Italy's Housecleaning

THE forces of reform and geopolitical change that have affected the United States, Canada, Japan, and other industrial nations are swirling with a vengeance around Italy.

The nation is embroiled in a political-corruption scandal that has undercut its economy and further eroded public confidence in its political institutions. The probes have led to the arrest of several industrialists, the resignations of some top politicians, and the prospect of more to come.

The crimes magistrates are uncovering have the potential to encourage much-needed political and economic reforms. Of immediate concern, however, are the instability and uncertainty that the scandal could generate and their impact on the Italian people.

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At issue is a system of alleged bribes and payoffs to political parties and leaders from many of the nation's top industries. Analysts trace the current system to postwar fears, especially in the 1970s, that voters would back the Communist Party. To offset the money that the Communists were receiving from Moscow, other parties began developing "creative" ways to augment the few lire they received from Rome.

Aside from building corruption into the process, the systematic payoffs also hurt Italy's economy: One estimate puts the cost of the alleged bribes at $4.1 billion a year over 10 years, accounting for as much as 15 percent of the nation's debt. Some industries, such as construction, are said to be slowing their activities as they come under scrutiny, adding to already high unemployment.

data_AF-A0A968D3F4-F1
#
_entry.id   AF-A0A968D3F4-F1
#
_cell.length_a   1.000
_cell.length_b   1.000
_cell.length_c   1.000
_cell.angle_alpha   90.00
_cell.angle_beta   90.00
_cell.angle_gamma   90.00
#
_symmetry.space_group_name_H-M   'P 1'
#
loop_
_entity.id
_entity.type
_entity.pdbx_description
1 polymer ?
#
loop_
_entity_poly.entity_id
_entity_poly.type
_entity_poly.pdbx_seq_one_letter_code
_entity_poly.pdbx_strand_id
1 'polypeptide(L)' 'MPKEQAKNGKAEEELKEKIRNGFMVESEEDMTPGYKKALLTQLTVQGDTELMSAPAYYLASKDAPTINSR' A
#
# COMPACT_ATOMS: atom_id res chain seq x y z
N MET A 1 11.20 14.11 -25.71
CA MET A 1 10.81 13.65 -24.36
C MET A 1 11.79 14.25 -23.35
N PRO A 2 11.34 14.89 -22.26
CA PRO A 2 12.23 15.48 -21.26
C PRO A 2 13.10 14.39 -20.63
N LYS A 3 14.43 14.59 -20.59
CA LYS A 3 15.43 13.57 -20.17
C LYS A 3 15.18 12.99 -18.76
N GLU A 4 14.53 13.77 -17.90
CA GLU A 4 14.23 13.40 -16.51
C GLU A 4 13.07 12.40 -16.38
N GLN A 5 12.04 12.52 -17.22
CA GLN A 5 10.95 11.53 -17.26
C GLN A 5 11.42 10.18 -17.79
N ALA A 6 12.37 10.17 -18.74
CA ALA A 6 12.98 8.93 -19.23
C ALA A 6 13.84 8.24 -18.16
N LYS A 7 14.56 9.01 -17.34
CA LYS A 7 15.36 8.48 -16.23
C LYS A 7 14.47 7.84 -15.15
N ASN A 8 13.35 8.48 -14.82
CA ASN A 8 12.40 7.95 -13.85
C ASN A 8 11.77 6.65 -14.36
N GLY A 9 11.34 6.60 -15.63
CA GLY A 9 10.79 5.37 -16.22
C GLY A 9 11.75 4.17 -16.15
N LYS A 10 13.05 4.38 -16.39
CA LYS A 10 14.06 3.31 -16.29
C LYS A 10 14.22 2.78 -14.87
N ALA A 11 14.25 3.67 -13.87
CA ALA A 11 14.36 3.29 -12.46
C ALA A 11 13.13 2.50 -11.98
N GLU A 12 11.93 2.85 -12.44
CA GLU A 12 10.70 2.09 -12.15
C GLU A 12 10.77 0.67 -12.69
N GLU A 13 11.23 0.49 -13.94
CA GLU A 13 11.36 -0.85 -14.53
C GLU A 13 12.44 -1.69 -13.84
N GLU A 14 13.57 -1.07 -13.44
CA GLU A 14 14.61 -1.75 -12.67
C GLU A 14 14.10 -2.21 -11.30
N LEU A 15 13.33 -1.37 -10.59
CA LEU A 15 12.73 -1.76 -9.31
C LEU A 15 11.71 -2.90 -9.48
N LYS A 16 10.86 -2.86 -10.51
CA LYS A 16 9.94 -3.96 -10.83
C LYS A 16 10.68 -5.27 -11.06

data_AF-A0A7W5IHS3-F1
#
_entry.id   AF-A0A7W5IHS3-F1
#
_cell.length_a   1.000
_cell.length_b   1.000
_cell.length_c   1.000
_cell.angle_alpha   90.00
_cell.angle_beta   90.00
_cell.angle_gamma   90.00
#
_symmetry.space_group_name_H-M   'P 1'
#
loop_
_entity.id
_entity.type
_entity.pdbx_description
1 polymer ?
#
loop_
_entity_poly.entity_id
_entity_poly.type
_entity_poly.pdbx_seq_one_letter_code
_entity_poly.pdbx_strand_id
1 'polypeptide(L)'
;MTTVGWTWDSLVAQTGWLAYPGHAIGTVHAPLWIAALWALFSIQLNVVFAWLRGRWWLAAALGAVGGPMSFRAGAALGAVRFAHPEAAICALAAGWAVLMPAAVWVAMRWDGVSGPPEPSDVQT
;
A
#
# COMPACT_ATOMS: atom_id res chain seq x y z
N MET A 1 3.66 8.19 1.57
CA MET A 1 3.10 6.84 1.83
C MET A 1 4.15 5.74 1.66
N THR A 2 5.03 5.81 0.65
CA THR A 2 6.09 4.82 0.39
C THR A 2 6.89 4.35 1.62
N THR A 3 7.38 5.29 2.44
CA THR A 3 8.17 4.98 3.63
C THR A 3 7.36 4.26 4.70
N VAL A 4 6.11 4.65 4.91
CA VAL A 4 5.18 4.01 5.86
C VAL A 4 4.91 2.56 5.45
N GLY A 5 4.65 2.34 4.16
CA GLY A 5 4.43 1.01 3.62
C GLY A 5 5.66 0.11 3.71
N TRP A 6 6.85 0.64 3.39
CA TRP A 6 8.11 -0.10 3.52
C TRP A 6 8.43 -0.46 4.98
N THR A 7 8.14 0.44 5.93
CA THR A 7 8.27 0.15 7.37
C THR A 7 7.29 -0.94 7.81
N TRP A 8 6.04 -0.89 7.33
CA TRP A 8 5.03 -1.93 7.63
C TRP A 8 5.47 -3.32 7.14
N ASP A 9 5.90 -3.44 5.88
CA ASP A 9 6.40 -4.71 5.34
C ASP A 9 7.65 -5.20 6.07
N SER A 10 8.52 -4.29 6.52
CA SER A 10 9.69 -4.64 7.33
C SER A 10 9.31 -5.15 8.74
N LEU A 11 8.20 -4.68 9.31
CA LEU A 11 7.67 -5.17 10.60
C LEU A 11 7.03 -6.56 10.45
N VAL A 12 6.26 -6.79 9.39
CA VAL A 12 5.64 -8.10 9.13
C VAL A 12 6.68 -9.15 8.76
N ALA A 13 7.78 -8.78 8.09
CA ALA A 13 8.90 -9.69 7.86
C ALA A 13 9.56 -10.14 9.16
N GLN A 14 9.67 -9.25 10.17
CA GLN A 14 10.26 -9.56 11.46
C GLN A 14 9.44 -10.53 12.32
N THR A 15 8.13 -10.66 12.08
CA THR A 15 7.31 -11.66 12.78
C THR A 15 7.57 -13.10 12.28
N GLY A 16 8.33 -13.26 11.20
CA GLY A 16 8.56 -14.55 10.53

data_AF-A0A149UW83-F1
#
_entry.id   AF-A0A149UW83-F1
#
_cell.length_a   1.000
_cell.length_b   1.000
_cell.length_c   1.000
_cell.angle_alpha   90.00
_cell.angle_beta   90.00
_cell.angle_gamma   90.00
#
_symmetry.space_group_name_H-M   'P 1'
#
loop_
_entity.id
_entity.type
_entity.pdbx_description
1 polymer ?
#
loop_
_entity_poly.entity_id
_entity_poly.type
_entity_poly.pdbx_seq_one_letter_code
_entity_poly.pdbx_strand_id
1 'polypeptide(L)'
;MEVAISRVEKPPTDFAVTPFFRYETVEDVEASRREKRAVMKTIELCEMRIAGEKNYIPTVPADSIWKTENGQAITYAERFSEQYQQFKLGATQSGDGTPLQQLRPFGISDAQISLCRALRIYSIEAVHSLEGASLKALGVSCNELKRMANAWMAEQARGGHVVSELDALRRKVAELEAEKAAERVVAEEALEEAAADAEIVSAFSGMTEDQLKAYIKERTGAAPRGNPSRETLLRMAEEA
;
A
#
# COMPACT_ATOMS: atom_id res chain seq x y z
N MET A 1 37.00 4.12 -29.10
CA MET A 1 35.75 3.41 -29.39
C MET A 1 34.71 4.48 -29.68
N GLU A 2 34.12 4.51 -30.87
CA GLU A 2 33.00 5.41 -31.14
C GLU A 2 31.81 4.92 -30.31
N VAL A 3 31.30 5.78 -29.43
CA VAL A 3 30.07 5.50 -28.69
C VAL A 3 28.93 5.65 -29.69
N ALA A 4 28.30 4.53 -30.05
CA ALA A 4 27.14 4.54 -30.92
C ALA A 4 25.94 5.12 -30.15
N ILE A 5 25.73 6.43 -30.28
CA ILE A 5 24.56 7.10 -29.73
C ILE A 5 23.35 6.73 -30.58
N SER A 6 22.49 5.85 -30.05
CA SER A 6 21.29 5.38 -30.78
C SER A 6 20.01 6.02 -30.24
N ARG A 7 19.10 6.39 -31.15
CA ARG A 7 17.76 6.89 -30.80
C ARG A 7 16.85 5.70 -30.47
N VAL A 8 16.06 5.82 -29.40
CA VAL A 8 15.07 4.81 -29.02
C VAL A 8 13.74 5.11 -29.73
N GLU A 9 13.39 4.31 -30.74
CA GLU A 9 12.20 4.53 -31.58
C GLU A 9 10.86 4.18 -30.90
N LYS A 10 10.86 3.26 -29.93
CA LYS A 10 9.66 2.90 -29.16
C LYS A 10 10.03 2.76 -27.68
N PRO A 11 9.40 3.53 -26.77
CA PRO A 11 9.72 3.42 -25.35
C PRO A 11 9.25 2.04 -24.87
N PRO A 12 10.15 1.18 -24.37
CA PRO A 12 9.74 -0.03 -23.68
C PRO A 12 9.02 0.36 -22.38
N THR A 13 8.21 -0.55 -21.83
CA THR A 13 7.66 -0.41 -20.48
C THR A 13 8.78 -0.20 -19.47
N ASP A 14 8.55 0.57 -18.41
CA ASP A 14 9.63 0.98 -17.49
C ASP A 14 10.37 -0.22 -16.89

Magistrates have expressed concern about the strain the probes could put on the legal and political systems: Some estimate that the investigations may collar up to 60,000 people; and more than 50 members of Parliament are said to be under scrutiny.

This is a defining moment for Italy. Until now, the public has tolerated some corruption. But the scope of the investigations has stunned the public, fueling calls for faster privatization of state-run businesses, for constitutional reform that could lead to greater federalism, and for electoral reform. All of these have merit. The challenge will be to channel the public's desire for justice in ways that support genuine, orderly reform.

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